Now that training camp is over with the Pittsburgh Steelers back in Pittsburgh and gearing up for what they hope will be a much more productive season, it’s time to take stock of where the team stands. Specifically, where Steelers players stand individually based on what we have seen and are seeing over the course of training camp and the preseason and the regular season as it plays out. A stock evaluation can take a couple of different approaches and I’ll try to make clear my reasoning for each one. In some cases, it will be based on more long-term trends. In other instances, it will be a direct response to something that just happened. Because of this, we can and will see a player more than once over the course of the season as we move forward.
Player: DL Cameron Heyward
Stock Value: Up
Reasoning: In spite of the ultimate result of the game, longtime veteran defensive lineman Cameron Heyward by and large had himself a very good game. He took advantage, as he did in the season opener, of rookie starting left guard Cordell Volson, filling up the stat sheet in the process.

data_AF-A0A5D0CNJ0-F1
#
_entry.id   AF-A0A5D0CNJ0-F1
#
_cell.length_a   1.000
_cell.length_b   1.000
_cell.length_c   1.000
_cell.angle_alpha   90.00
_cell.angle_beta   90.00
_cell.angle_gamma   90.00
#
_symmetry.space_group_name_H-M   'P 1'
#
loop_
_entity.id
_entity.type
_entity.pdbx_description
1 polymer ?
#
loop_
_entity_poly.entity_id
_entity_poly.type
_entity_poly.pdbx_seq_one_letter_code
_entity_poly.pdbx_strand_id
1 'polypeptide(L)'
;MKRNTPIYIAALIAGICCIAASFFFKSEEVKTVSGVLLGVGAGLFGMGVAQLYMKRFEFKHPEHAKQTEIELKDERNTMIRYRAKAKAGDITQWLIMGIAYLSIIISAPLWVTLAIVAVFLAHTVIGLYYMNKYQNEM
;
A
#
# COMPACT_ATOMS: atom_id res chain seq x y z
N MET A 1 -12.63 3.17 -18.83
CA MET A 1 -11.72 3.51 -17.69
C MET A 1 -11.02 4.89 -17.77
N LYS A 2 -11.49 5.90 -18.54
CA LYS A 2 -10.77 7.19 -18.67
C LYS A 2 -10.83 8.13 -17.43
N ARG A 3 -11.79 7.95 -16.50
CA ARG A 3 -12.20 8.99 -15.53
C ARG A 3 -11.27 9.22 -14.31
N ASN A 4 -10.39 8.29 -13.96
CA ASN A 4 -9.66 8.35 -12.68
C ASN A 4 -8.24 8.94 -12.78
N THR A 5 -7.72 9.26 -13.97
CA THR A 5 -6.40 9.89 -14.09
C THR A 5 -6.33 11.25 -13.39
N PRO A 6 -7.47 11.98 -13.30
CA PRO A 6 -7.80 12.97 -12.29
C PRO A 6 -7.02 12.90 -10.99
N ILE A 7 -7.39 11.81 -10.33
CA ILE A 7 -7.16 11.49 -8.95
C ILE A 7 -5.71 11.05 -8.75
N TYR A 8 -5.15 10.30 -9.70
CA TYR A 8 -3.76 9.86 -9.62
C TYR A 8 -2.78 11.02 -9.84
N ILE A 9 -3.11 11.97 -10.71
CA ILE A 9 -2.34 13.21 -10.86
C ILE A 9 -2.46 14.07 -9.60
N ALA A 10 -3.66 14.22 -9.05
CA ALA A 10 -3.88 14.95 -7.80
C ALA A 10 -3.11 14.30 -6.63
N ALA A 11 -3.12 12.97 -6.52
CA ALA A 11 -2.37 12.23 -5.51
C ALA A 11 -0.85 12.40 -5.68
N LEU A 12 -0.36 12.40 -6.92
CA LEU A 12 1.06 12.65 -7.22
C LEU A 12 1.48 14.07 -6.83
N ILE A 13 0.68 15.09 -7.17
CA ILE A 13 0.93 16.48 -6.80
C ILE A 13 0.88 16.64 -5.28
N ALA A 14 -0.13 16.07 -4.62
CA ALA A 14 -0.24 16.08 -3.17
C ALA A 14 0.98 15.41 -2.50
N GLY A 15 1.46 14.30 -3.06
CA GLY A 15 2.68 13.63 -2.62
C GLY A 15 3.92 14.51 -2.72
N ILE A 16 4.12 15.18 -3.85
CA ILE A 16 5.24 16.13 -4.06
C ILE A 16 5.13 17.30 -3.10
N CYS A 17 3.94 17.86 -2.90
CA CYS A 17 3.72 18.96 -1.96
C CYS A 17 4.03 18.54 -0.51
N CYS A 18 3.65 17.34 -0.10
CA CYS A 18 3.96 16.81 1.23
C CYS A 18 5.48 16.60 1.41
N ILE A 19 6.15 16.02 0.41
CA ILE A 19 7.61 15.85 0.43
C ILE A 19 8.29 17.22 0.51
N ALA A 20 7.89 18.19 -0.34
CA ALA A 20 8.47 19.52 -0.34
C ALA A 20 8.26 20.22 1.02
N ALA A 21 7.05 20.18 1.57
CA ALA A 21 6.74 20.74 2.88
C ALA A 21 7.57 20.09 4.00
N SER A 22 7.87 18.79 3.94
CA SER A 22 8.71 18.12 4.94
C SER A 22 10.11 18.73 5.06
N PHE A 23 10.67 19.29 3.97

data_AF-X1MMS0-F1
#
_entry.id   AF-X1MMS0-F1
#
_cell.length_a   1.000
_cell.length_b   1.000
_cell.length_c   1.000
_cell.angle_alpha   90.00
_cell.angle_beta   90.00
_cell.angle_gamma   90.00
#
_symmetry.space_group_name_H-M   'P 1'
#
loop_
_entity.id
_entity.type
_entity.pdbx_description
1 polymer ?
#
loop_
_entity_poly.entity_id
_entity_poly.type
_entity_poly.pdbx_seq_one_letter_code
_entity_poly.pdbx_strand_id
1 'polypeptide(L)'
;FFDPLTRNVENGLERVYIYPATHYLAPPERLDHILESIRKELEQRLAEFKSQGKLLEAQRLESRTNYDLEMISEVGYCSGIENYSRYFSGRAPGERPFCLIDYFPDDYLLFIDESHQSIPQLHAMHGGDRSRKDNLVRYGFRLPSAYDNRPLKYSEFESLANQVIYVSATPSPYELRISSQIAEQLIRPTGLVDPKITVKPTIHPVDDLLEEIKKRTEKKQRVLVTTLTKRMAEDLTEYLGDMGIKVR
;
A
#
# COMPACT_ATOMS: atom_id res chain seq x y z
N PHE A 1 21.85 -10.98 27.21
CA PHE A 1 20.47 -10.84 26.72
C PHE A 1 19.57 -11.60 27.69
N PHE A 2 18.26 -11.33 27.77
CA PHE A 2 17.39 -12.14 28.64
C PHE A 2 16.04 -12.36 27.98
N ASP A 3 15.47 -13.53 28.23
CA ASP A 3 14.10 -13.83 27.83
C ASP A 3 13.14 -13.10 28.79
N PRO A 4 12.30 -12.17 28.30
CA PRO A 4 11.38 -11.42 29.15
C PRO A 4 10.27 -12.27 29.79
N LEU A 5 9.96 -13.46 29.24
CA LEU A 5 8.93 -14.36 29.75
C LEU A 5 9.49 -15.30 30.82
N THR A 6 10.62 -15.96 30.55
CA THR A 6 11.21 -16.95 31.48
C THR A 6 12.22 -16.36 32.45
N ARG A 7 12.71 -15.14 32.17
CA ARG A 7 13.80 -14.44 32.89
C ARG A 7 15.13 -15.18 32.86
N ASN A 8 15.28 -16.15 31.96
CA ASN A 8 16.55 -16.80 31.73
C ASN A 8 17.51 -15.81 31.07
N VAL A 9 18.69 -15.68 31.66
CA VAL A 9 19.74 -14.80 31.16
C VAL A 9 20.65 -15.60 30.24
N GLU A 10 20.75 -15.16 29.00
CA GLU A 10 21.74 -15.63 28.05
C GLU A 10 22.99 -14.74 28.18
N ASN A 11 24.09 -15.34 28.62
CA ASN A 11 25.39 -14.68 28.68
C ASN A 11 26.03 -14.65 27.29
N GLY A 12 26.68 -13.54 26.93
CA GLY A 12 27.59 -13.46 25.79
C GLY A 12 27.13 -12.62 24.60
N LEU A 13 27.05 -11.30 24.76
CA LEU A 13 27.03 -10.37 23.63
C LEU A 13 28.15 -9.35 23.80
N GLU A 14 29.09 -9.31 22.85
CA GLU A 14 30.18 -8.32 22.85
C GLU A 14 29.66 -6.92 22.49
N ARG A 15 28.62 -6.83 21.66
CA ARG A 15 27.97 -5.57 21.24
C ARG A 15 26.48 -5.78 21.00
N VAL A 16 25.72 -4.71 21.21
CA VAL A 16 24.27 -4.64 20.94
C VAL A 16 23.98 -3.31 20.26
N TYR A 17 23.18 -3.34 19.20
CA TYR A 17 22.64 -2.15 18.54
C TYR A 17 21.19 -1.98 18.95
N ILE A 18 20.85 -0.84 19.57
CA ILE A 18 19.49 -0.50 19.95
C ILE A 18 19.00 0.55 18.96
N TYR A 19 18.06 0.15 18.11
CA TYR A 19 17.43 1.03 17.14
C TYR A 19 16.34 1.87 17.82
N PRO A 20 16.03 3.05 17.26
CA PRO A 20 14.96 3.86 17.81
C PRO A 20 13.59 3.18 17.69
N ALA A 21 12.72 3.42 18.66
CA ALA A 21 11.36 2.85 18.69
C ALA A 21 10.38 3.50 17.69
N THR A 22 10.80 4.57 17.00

End to end, you might not be able to say that this has been the best season of Cameron Heyward’s life, but that’s no slight for somebody who has emerged as a perennial All-Pro in the second half of his playing career.
Things have picked up somewhat more in recent weeks and he’s been able to finish his pass rushes more successfully as well. He is now up to four sacks on the season after registering one on Sunday against the Cincinnati Bengals, and three of those have come in the past five games.
Heyward also finished Sunday’s game with a season-high seven tackles, of which two were for loss, and he added a couple of quarterback hits on Joe Burrow for good measure. He, of course, had his trademark chase-down tackle well down the field as well.
And he did it playing 52 snaps, about 80% of the Steelers’ total number of defensive snaps for the game. It was only the second time since Week 3 that he had played that many snaps in a game, but he seemed no worse for wear for it.
While the defense as a whole disappointed on Sunday, allowing the Bengals to put up 37 points—one off their season-high allowed to the Buffalo Bills—I frankly put the blame primarily on the secondary. I certainly wouldn’t cite Heyward as a weak link in this one.
Not that he’s going to take any solace in that, and I’m sure we’ll hear him talk about how awful he was in his podcast this week. But perhaps any competitor worth his salt should struggle to find words of self-praise in evaluating his performance in a losing effort because, ultimately, it wasn’t good enough to win.